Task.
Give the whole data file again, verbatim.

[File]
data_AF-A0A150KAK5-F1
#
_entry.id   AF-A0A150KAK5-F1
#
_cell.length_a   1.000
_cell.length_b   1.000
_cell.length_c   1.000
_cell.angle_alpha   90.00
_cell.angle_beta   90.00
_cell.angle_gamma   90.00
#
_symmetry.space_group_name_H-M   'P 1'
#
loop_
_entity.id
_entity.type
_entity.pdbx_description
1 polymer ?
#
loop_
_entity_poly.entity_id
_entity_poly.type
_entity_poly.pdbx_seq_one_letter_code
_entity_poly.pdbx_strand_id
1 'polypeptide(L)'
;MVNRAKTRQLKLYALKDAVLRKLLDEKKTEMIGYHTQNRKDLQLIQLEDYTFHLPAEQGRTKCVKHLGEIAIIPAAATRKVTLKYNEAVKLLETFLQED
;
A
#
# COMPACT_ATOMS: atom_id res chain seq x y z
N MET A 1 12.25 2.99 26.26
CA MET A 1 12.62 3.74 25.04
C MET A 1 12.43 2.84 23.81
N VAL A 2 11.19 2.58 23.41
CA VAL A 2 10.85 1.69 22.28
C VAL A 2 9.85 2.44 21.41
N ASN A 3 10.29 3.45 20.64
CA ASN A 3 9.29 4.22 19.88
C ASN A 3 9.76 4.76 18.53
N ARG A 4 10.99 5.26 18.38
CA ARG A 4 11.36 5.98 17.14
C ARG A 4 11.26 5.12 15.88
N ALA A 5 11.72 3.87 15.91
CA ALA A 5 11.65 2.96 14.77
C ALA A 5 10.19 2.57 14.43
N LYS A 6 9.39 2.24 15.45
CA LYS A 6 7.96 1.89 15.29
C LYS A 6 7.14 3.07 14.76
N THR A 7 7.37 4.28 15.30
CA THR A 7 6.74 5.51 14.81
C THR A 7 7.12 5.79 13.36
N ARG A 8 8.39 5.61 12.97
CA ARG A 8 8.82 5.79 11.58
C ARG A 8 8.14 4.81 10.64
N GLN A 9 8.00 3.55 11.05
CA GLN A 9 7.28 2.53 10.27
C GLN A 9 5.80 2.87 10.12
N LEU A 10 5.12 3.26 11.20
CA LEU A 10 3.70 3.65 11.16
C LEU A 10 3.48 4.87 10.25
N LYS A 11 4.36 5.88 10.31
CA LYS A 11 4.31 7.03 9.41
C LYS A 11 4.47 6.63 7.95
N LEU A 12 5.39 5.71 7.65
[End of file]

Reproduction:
data_AF-A0A150KAK5-F1
#
_entry.id   AF-A0A150KAK5-F1
#
_cell.length_a   1.000
_cell.length_b   1.000
_cell.length_c   1.000
_cell.angle_alpha   90.00
_cell.angle_beta   90.00
_cell.angle_gamma   90.00
#
_symmetry.space_group_name_H-M   'P 1'
#
loop_
_entity.id
_entity.type
_entity.pdbx_description
1 polymer ?
#
loop_
_entity_poly.entity_id
_entity_poly.type
_entity_poly.pdbx_seq_one_letter_code
_entity_poly.pdbx_strand_id
1 'polypeptide(L)'
;MVNRAKTRQLKLYALKDAVLRKLLDEKKTEMIGYHTQNRKDLQLIQLEDYTFHLPAEQGRTKCVKHLGEIAIIPAAATRKVTLKYNEAVKLLETFLQED
;
A
#
# COMPACT_ATOMS: atom_id res chain seq x y z
N MET A 1 12.25 2.99 26.26
CA MET A 1 12.62 3.74 25.04
C MET A 1 12.43 2.84 23.81
N VAL A 2 11.19 2.58 23.41
CA VAL A 2 10.85 1.69 22.28
C VAL A 2 9.85 2.44 21.41
N ASN A 3 10.29 3.45 20.64
CA ASN A 3 9.29 4.22 19.88
C ASN A 3 9.76 4.76 18.53
N ARG A 4 10.99 5.26 18.38
CA ARG A 4 11.36 5.98 17.14
C ARG A 4 11.26 5.12 15.88
N ALA A 5 11.72 3.87 15.91
CA ALA A 5 11.65 2.96 14.77
C ALA A 5 10.19 2.57 14.43
N LYS A 6 9.39 2.24 15.45
CA LYS A 6 7.96 1.89 15.29
C LYS A 6 7.14 3.07 14.76
N THR A 7 7.37 4.28 15.30
CA THR A 7 6.74 5.51 14.81
C THR A 7 7.12 5.79 13.36
N ARG A 8 8.39 5.61 12.97
CA ARG A 8 8.82 5.79 11.58
C ARG A 8 8.14 4.81 10.64
N GLN A 9 8.00 3.55 11.05
CA GLN A 9 7.28 2.53 10.27
C GLN A 9 5.80 2.87 10.12
N LEU A 10 5.12 3.26 11.20
CA LEU A 10 3.70 3.65 11.16
C LEU A 10 3.48 4.87 10.25
N LYS A 11 4.36 5.88 10.31
CA LYS A 11 4.31 7.03 9.41
C LYS A 11 4.47 6.63 7.95
N LEU A 12 5.39 5.71 7.65